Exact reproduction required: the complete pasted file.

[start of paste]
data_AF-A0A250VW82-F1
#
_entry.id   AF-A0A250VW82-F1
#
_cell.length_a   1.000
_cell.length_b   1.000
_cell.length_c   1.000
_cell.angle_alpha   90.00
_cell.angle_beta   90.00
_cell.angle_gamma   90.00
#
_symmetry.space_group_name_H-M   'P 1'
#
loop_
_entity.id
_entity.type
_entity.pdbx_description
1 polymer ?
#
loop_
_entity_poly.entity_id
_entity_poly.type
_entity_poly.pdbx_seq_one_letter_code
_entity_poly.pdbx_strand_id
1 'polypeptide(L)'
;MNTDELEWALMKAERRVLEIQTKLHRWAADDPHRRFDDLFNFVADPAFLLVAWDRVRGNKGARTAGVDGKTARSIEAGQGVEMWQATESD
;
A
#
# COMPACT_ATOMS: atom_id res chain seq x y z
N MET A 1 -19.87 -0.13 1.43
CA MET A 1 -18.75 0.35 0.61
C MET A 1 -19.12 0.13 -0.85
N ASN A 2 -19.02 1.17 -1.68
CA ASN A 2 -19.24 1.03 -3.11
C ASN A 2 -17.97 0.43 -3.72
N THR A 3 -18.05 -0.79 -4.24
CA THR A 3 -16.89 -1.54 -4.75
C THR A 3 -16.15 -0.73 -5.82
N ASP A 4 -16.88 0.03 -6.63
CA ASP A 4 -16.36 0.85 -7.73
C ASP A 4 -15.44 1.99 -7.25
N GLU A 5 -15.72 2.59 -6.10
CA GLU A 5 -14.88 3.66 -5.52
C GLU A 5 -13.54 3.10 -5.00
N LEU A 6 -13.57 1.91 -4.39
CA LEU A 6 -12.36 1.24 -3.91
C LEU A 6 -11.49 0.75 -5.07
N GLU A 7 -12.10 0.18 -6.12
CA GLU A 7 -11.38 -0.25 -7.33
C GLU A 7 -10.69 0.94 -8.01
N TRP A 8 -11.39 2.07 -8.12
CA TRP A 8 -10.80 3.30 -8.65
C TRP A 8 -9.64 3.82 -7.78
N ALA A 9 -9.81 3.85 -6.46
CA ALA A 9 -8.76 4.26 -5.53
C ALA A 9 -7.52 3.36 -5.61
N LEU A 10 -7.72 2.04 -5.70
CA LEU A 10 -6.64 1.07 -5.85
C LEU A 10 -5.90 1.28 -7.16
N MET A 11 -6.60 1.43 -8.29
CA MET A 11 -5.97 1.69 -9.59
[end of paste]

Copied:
data_AF-A0A250VW82-F1
#
_entry.id   AF-A0A250VW82-F1
#
_cell.length_a   1.000
_cell.length_b   1.000
_cell.length_c   1.000
_cell.angle_alpha   90.00
_cell.angle_beta   90.00
_cell.angle_gamma   90.00
#
_symmetry.space_group_name_H-M   'P 1'
#
loop_
_entity.id
_entity.type
_entity.pdbx_description
1 polymer ?
#
loop_
_entity_poly.entity_id
_entity_poly.type
_entity_poly.pdbx_seq_one_letter_code
_entity_poly.pdbx_strand_id
1 'polypeptide(L)'
;MNTDELEWALMKAERRVLEIQTKLHRWAADDPHRRFDDLFNFVADPAFLLVAWDRVRGNKGARTAGVDGKTARSIEAGQGVEMWQATESD
;
A
#
# COMPACT_ATOMS: atom_id res chain seq x y z
N MET A 1 -19.87 -0.13 1.43
CA MET A 1 -18.75 0.35 0.61
C MET A 1 -19.12 0.13 -0.85
N ASN A 2 -19.02 1.17 -1.68
CA ASN A 2 -19.24 1.03 -3.11
C ASN A 2 -17.97 0.43 -3.72
N THR A 3 -18.05 -0.79 -4.24
CA THR A 3 -16.89 -1.54 -4.75
C THR A 3 -16.15 -0.73 -5.82
N ASP A 4 -16.88 0.03 -6.63
CA ASP A 4 -16.36 0.85 -7.73
C ASP A 4 -15.44 1.99 -7.25
N GLU A 5 -15.72 2.59 -6.10
CA GLU A 5 -14.88 3.66 -5.52
C GLU A 5 -13.54 3.10 -5.00
N LEU A 6 -13.57 1.91 -4.39
CA LEU A 6 -12.36 1.24 -3.91
C LEU A 6 -11.49 0.75 -5.07
N GLU A 7 -12.10 0.18 -6.12
CA GLU A 7 -11.38 -0.25 -7.33
C GLU A 7 -10.69 0.94 -8.01
N TRP A 8 -11.39 2.07 -8.12
CA TRP A 8 -10.80 3.30 -8.65
C TRP A 8 -9.64 3.82 -7.78
N ALA A 9 -9.81 3.85 -6.46
CA ALA A 9 -8.76 4.26 -5.53
C ALA A 9 -7.52 3.36 -5.61
N LEU A 10 -7.72 2.04 -5.70
CA LEU A 10 -6.64 1.07 -5.85
C LEU A 10 -5.90 1.28 -7.16
N MET A 11 -6.60 1.43 -8.29
CA MET A 11 -5.97 1.69 -9.59